> The World of Piano Encores [CH]: Classical CD Reviews- Oct 2002 MusicWeb(UK)






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THE WORLD OF PIANO ENCORES
Frédéric CHOPIN (1810-1849)

Nocturne in B, op. 62/1
Vladimir Ashkenazy (London 1976)

Ludwig van BEETHOVEN (1770-1827)

Bagatelle in a, WoO 59 – "Für Elise"
Ashkenazy (Vienna 1984)

Anton RUBINSTEN (1829-1894)

Melody in F, op. 3/1
Shura Cherkassky (London 1974)

Sergei RACHMANINOV (1873-1943)

Prelude in c sharp, op. 3/2
Ashkenazy (London 1975)

Enrique GRANADOS (1867-1916)

Goyescas: The Maiden and the Nightingale
Alicia de Larrocha (London 1975)

Christian SINDING (1856-1941)

Rustle of Spring, op. 32/3
Joseph Cooper (London 1976)

Edvard GRIEG (1843-1907)

Wedding Day at Troldhaugen, op. 65/6
J. Cooper (London 1974)

RACHMANINOV

Suite no. 2, op. 17: Romance
Ashkenazy, André Previn (London 1974)

Manuel de FALLA (1876-1946)

El Amor Brujo: Ritual Fire Dance
Larrocha (London 1973)

Gabriel FAURÉ (1845-1924)

Dolly Suite: Berceuse
Katia & Marielle Labèque (London 1985)

Nikolai RIMSKY-KORSAKOV (1844-1908), arr. RACHMANINOV

The Flight of the Bumble-Bee
Ivan Davis (London 1969)

Claude DEBUSSY (1862-1918)

Suite Bergamasque: Clair de Lune
Pascal Rogé (London 1977)

Maurice RAVEL (1875-1937)

Menuet sur le nom d’Haydn
Rogé (London 1974)

Paul de SCHLÖZER (1841-1898)

Etude, op. 1/2
Jorge Bolet (London 1985)

Franz LISZT (1811-1886)

Liebestraum no. 3 in A flat
Bolet (London 1982)

Johannes BRAHMS (1833-1897)

Waltz in B, op. 39/1
Julius Katchen (London 1962)

Percy GRAINGER (1882-1961)

Country Gardens
J. Cooper (London 1977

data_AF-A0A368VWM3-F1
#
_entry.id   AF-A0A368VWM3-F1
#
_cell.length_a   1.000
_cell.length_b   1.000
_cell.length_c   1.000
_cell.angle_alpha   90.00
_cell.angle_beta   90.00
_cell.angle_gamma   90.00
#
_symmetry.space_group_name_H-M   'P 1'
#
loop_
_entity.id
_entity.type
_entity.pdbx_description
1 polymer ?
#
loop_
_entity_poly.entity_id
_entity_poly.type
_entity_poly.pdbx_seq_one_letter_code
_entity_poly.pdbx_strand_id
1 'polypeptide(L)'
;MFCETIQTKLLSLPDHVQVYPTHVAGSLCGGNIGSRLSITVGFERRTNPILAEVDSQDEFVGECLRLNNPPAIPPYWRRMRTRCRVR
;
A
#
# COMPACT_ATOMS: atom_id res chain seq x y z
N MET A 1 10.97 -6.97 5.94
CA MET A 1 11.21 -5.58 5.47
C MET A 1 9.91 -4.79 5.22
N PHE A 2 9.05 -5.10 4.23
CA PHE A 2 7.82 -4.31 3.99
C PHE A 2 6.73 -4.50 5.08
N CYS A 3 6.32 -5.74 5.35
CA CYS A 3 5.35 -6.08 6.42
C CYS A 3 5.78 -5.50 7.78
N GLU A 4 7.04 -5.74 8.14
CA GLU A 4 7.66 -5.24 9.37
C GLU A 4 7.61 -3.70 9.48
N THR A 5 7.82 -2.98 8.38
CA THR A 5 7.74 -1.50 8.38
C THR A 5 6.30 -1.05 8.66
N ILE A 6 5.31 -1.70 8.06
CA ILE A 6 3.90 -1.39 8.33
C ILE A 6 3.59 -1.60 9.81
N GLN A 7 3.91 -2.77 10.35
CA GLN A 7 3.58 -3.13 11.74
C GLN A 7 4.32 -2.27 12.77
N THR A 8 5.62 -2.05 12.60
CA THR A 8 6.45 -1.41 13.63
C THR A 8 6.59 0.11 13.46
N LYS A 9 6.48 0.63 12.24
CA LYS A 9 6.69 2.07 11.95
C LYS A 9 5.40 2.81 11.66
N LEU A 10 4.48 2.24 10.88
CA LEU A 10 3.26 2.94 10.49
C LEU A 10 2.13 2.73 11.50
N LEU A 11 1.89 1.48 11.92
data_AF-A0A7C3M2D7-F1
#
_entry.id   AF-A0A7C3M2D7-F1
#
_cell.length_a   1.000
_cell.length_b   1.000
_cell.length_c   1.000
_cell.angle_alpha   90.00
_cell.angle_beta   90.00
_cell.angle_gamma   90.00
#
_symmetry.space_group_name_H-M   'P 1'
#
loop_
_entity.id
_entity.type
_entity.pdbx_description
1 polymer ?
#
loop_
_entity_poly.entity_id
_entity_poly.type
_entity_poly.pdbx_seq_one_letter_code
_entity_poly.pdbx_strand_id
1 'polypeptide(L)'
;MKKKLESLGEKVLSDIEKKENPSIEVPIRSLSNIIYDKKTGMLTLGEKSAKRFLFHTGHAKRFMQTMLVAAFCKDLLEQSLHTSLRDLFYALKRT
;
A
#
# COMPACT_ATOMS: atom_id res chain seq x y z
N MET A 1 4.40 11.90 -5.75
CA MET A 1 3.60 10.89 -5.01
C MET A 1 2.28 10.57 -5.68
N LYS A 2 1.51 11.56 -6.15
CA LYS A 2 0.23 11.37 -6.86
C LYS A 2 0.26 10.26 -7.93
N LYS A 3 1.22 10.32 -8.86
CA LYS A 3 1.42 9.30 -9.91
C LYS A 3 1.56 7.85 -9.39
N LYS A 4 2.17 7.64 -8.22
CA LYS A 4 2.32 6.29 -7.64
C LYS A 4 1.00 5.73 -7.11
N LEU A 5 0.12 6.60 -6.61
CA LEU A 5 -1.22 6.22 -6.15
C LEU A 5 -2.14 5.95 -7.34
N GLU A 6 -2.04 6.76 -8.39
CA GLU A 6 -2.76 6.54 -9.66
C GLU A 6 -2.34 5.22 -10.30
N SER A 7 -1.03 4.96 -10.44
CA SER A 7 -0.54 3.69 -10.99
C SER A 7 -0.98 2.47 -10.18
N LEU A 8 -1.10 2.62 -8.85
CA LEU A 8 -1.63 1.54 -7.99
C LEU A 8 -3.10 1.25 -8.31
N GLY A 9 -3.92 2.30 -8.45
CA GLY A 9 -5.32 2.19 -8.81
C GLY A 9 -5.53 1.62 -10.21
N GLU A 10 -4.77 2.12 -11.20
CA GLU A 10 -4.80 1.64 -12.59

George GERSHWIN (1898-1937)

Prelude no. 2
Peter Jablonski (London 1990)

Sergei PROKOFIEV (1891-1953)

The Love of Three Oranges: March
Ashkenazy (Meggen 1993-4)

Dmitri SHOSTAKOVICH (1906-1975)

Prelude in D flat op.34/15
Olli Mustonen (Blackheath 1990)

Francis POULENC (1899-1963)

L’Embarquement pour Cythère
Rogé, Jean-Philippe Collard (London 1992)

Morton GOULD (1913-1996)

Boogie Woogie Etude
Cherkassky (New York 1991)

Decca 473 145-2 [80’ 08"]


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PIANO ENCORES AND ENCORE PIANISTS

The true piano encore may be a barnstorming showstopper, it may be a piece of dazzling, lightly-touched virtuosity to make us gasp (there are Etudes by Chopin that will do for both of these), or it may be some soothing farewell (this above all when it is the last of several encores). Whatever the piece, we expect the pianist to transmit the idea that it is a particular and personal pleasure of his to give us one thing more, something which has a special meaning for him. Playing a well-known piece as an encore, our pianist may not give us quite the same interpretation he would in the midst of the recital proper.

This disc is called "The World of Piano Encores" but apart from the live Cherkassky performance which concludes it all the items are culled from various recital discs by the pianists concerned. Are we at least convinced that these are pieces that these pianists would play as encores?

Well, there’s no knowing what we might willingly hear at the end of an Ashkenazy all-Chopin recital, but on principle a 7-minute Nocturne (which, according to the booklet, he often gives as an encore) played with much serious musicianship, but rising to real poetry only intermittently, runs the risk of losing the goodwill engendered. Similarly, the sheer understated musicality of Ashkenazy’s performance of the Rachmaninov Prelude will be more welcome as the opening salvo in a complete set of the Preludes (which is after all what he recorded it for) than as the close of an enthralling evening. A much more likely encore is "Für Elise", a piece that every young pianist has slaughtered, here played with a serene composure which suggests that Ashkenazy loves it and really feels a mission to let us hear it properly. The Prokofiev March, too, would be a likely Ashkenazy encore, but maybe unbending a little more?